Bangladesh to blame if Rohingya returns delayed: Myanmar govt


YANGON — Myanmar’s government on Sunday insisted any delays to the repatriation of Rohingya refugees would be the fault of Bangladesh, just four days ahead of the controversial planned start date.

After repeated setbacks, the neighbouring countries declared that the first of more than 2,200 Rohingya Muslims would be repatriated on November 15, even though international NGOs and the United Nations have said conditions are not yet in place for a safe return. 

More than 720,000 Rohingya Muslims fled Myanmar’s western Rakhine State in a military crackdown in August last year. 

Survivors brought with them testimony of widespread murder, rape, torture and arson and are fearful of going back to Rakhine State without guarantees of safety, freedom of movement and citizenship. 

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Myanmar and Bangladesh signed the deal in November 2017 but the UN has repeatedly said that any repatriations must be “safe, dignified and voluntary”. 

“We are ready,” declared social welfare minister U Win Myat Aye to reporters in Yangon on Sunday.

Provisions at a transit camp will include clothes and food rations, and the refugees will also be provided with money to help them rebuild their homes in one of 42 locations, he added. 

But he was unable to confirm who would be in the first group to return, insisting that it was down to Bangladesh to make sure they meet the deadline this week. 

“It depends on the other country [Bangladesh] if the repatriations will start on 15 November,” he said. 

Myanmar on Saturday denied allegations of a cross-border shooting that raised tensions with Bangladesh ahead of the scheduled start date.

The fresh diplomatic row started after a Bangladesh border guard official said that a 15-year-old Rohingya refugee was shot in the elbow on November 4 while grazing cows after multiple rounds were fired from a security post across the demarcation line.

Bangladesh summoned Myanmar’s ambassador to lodge a protest but Daw Aung San Suu Kyi’s government says it has looked into the allegation and denies it ever happened.

“The Myanmar ambassador promptly contacted the responsible officials from the Myanmar Border Guard, who confirmed that no shooting incident had taken place,” the Ministry of Foreign Affairs, which is overseen by Aung San Suu Kyi, said in a statement late Saturday.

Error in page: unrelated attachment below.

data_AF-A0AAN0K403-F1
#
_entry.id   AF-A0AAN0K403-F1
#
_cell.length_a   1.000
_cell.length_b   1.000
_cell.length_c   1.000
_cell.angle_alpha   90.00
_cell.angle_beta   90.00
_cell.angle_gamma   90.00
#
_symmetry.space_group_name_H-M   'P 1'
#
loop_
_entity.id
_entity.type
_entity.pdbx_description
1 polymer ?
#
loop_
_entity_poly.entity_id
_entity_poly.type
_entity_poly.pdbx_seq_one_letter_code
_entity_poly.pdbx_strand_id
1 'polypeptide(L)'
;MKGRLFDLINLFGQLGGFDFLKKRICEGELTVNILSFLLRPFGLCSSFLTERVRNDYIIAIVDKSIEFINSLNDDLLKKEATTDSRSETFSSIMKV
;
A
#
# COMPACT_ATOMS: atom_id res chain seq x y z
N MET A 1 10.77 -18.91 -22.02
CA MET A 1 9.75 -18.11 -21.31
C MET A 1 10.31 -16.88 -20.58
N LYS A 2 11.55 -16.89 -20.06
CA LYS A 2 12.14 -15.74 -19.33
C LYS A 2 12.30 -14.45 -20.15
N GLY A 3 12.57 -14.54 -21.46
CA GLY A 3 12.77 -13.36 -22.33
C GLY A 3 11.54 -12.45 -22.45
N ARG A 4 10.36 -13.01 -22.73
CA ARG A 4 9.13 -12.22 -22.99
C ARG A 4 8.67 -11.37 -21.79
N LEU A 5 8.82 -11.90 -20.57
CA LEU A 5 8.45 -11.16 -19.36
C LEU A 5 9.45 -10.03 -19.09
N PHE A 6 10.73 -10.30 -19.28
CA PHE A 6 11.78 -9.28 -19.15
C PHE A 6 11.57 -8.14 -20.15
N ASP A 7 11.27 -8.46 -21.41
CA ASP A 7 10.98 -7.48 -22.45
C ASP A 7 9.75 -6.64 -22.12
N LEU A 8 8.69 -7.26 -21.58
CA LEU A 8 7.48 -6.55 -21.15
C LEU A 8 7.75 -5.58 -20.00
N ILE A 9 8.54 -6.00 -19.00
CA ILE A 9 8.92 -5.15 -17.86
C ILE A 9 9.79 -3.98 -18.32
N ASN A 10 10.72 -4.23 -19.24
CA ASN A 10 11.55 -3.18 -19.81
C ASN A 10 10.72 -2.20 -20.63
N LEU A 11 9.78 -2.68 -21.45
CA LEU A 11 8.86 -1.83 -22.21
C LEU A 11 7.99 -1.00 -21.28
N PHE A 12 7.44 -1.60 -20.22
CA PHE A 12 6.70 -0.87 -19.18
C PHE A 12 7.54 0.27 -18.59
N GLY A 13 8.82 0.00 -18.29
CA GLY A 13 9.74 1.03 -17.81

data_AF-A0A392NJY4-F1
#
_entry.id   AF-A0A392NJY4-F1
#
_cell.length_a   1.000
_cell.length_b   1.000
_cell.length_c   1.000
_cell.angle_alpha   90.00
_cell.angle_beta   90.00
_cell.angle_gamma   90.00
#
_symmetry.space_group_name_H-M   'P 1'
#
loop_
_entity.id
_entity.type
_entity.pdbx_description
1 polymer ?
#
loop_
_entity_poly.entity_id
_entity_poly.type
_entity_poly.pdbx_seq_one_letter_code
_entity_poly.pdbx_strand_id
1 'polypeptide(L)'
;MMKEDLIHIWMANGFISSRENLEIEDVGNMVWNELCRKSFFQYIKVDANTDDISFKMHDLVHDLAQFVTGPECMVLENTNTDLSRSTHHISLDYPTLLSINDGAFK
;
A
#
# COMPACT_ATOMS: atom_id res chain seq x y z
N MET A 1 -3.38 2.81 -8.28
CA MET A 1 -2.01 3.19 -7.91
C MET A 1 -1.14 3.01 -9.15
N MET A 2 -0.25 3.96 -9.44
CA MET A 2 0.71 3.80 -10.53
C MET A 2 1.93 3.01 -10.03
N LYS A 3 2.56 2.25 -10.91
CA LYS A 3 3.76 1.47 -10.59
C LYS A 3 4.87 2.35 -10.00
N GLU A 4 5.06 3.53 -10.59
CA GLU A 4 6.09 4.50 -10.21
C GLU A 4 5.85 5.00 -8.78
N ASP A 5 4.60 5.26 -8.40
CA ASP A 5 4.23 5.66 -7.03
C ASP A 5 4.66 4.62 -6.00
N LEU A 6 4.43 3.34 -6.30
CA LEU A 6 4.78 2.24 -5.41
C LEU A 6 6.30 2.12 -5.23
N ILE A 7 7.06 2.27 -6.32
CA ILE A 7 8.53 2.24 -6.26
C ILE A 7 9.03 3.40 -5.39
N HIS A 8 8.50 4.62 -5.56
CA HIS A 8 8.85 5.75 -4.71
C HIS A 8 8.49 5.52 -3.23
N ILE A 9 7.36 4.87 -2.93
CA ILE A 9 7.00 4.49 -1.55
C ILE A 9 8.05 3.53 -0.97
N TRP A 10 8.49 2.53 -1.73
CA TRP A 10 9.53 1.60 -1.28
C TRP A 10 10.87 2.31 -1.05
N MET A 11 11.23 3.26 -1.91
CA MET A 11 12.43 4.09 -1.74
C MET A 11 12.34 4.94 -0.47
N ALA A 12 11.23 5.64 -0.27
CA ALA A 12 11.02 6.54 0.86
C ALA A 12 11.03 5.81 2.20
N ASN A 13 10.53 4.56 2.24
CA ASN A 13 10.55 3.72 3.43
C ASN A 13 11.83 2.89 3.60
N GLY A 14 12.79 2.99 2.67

Myanmar says it was involved in coordinated patrols at the time of the alleged incident with Bangladeshi forces along the Naf River that separates the two countries, and that none of their counterparts mentioned the claim.

“A formal protest through diplomatic channels based on dubious reports, as took place in this case, does not serve any useful purpose,” the ministry added.

A Bangladesh foreign ministry official in Dhaka said while they would be moving forward with the repatriation on November 15 as planned, determining that each refugee return was voluntary would be the responsibility of the UN’s refugee agency.  

UNHCR spokesman Mr Firas Al-Khateeb confirmed this, but added that it had not yet fully resolved the issue despite the tight timeframe. 

“[The Bangladesh government] asked us officially to assess the voluntariness of the refugees,” he said. “But we have not concluded this process yet.”

Both governments have been pushing ahead with this first large-scale repatriation effort, pledging to bring back a total of 2,251 Rohingya at the rate of 150 individuals a day. 

This has prompted criticism from a group of 42 aid agencies — including Oxfam, WorldVision and Save the Children — who say that it would be dangerous for them. 

“[The refugees] are terrified about what will happen to them if they are returned to Myanmar now, and distressed by the lack of information they have received,” the group of 42 aid agencies and civil society groups said in a statement Friday.

“They fled to Bangladesh to seek safety and they are very grateful to the Government of Bangladesh for giving them a safe haven.” 

The groups said refugees fear living in enclosed settlements like the one in central Rakhine State, where more than 120,000 Rohingya have been confined to camps for six years since intercommunal violence erupted in the region in 2012. 

UN investigators have called for the country’s top military brass to be prosecuted for genocide at the International Criminal Court (ICC) over last year’s crackdown. 

Myanmar vehemently rejects the court’s jurisdiction over the country and insists the military campaign was justified to defend itself against Rohingya terrorists. 

The UN fact-finding team also said that civilian leader Aung San Suu Kyi’s government — in a power-sharing agreement with the military — were complicit in the atrocities against the Rohingya through their “acts and omissions”. 

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